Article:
The operator of this website is the highly motivated community-minded Martin Mitchell from Australia (himself an instititionalised and abused minor in church institutions in the former West Germany)

( 02.06.2004 )

Child abuse offenders of yesteryear and today will have nowhere to run. Mandatory reporting of child sexual abuse perpetrated by members of the clergy by their peers an urgent necessity.

THE
[Adelaide] ADVERTISER, 2 June 2004 @
www.theadvertiser.com.au

POLICE ACT ON ABUSE
By NIGEL HUNT and GREG KELTON

2jun04

POLICE are conducting a major investigation into allegations of sexual abuse involving former St Peter’s College chaplain Reverend John Mountford [who fled to the UK].

The police investigation was revealed yesterday as [South Australian] Premier Mike Rann demanded the disgraced chaplain be extradited to face criminal charges.

Sources have told
The Advertiser detectives from the Paedophile Task Force have launched inquiries into two cases of abuse at the exclusive boys school that occurred over a 12-month period in 1991 and 1992.

They said police had already subpoenaed records from the school relating to the cases and were now interviewing witnesses.

The police inquiry also will examine the role played in one case by Anglican Archbishop Ian George, the then headmaster Richard Burchnall, then deputy headmaster Ray Stanley and an unnamed Anglican priest.

They are likely to be questioned over any involvement in Mountford’s decision to flee Australia before police were notified and could question him.

[South Australian] Police Commissioner Mal Hyde yesterday declined to comment on the Mountford case, but said the entire Anglican Church Board of Inquiry report was being examined to determine if any other child-abuse cases warranted investigation.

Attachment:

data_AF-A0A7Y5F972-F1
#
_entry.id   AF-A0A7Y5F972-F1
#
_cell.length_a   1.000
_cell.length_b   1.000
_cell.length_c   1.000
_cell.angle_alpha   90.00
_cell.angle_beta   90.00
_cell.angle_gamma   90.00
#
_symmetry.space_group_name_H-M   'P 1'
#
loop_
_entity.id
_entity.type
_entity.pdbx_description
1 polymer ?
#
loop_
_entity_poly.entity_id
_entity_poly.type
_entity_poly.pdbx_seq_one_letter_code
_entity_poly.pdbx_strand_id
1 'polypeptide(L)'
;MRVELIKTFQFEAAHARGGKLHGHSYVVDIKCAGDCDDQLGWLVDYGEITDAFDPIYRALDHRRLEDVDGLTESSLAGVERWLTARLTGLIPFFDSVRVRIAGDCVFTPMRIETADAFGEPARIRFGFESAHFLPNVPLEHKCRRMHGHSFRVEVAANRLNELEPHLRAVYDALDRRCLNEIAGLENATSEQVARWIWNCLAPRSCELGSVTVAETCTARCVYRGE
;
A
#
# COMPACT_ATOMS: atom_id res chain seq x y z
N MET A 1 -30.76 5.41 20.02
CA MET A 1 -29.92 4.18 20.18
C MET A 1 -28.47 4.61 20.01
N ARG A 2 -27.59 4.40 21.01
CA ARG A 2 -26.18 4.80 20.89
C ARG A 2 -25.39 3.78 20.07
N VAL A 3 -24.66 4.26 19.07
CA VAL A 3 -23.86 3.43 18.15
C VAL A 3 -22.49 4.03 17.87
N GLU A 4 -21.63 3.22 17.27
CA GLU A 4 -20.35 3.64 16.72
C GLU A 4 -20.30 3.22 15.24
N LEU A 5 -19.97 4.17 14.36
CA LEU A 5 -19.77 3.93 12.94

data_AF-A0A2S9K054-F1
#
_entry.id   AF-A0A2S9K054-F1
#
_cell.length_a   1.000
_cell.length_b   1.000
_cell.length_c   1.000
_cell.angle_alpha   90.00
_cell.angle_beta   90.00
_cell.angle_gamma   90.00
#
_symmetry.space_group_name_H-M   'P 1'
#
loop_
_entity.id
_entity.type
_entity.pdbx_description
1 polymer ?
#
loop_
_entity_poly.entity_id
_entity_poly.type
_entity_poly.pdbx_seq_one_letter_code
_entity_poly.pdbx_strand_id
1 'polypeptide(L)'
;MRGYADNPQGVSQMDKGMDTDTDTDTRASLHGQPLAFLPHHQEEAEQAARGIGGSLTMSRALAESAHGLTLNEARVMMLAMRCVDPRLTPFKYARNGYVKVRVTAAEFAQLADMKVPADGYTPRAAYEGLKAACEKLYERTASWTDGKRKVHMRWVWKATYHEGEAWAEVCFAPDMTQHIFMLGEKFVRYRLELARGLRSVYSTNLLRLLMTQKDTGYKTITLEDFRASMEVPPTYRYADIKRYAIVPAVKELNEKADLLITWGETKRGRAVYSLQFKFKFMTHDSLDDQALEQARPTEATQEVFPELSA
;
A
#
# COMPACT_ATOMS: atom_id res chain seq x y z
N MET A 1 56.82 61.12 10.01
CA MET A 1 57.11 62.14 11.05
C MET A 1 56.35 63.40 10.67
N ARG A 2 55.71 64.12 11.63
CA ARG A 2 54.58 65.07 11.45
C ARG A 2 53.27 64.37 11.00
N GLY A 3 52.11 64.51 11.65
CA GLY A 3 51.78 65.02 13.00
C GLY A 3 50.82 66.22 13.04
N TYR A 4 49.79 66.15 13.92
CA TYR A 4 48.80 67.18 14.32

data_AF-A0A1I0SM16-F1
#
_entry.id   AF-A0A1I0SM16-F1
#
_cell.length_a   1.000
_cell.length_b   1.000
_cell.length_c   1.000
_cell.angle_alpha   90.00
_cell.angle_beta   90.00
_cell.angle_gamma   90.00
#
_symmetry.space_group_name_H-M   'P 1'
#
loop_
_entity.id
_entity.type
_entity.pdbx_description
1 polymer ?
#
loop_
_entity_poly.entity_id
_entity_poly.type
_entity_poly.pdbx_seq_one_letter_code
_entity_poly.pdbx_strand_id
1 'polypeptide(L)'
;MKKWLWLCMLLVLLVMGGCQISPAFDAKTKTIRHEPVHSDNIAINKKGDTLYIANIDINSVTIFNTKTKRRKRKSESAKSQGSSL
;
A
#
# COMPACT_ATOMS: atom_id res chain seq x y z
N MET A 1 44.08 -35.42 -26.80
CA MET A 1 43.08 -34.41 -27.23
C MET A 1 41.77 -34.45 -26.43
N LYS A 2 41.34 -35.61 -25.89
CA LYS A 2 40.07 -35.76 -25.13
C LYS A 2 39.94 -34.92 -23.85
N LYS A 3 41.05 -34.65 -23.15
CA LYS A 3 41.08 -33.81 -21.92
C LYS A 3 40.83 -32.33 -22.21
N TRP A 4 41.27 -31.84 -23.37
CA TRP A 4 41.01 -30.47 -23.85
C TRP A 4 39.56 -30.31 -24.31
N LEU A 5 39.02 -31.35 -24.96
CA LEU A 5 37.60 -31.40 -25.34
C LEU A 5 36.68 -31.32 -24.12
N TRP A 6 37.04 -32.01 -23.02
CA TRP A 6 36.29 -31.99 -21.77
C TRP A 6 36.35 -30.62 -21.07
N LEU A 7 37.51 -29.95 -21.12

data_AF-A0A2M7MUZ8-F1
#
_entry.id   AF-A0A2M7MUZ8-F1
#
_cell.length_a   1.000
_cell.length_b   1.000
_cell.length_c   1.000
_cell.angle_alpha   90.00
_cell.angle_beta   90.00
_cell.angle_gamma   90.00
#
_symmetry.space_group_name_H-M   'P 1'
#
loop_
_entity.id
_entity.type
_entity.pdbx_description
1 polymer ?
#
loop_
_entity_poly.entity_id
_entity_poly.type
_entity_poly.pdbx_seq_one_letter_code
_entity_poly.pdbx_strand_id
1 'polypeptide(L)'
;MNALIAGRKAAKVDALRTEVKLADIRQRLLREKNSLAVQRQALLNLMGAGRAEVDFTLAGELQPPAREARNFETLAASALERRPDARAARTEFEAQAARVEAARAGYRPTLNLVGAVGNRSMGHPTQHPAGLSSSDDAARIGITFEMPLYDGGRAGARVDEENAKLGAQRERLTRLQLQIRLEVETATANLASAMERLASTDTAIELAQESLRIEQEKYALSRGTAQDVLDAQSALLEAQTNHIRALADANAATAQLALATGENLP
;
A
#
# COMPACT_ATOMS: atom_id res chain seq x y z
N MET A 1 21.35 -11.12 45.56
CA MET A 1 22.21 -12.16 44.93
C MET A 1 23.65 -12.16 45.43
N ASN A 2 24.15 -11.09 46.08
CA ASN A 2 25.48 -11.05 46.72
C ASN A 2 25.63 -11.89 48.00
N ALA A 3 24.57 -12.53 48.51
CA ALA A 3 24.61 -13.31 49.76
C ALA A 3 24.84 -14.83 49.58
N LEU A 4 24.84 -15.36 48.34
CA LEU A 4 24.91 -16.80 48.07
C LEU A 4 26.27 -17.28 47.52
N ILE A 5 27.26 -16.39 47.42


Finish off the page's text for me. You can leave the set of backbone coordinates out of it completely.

"We will also be looking to see if any criminal offences have been committed by members of the Anglican Church in the way they have handled those complaints." he said. "There is no person in the community who is beyond the criminal law."

[State Premier] Mr Rann told Parliament yesterday he had been "appalled" by the disclosure in the Board of Inquiry report of the "totally inappropriate handling" of an incident at St Peter’s College.

"That incident, in my view, warrants further investigation." he said.

"The failure of persons in authority to inform the police and their allowing him [St Peter’s College chaplain Reverend John Mountford] to flee the jurisdiction has hampered investigations.

"What does it say about the values of the church and of St Peter’s College at that time that they actually encouraged the perpetrator of a sexual assault to get on a plane or they would report it to the police?"

On Monday, Mr. Rann tabled the Board of Inquiry report - prepared by retired Supreme Court judge Trevor Olsson and University of South Australia senior lecturer Dr Donna Chung - into the Anglican Church’s handling of sexual abuse allegations.

The damning report found the Anglican Church had an uncaring attitude towards victims, and was more concerned with its image and legal and insurance issues.

The report detailed one abuse incident at St Peter’s College involving Mountford in which he admitted abusing a student.

It also stated a witness told the inquiry Mountford had told him after a meeting with [Adelaide Archbishop] Dr [Ian] George "the Archbishop had said to him that, unless he departed Australia within 24 hours, the matter would be reported to police." Dr George on Monday denied he said this to Mountford.

[State Premier] Mr Rann said Mountford should be extradited to face charges. "It is clear from the report that he has admitted his criminal conduct." he said.

Mr Rann said he had written to Dr George and had telephoned him, asking him to ensure all files and transcripts from the inquiry be referred to the Police Commissioner "for his consideration and to ensure their safekeeping and integrity".

[Police Commissioner] Mr [Mal] Hyde said there should be a review of mandatory reporting laws to cover all areas of church activities, including confessionals.

"Currently the churches aren’t expressly included as being required to report these matters," [ie., compulsorily report allegations of child sexual abuse, as per legislative requirement]," he said.

"When you go back to the churches you raise the whole issue of the sanctity of the confessional in terms of mandatory reporting and that is a serious issue for the churches. It is not an issue to be addressed lightly.

"We need to create a new environment where the reporting of these cases becomes the first consideration, not the last consideration."

© Advertiser Newspaper Pty Limited

[ Date of first publication on this Website: 2 June 2004 ]

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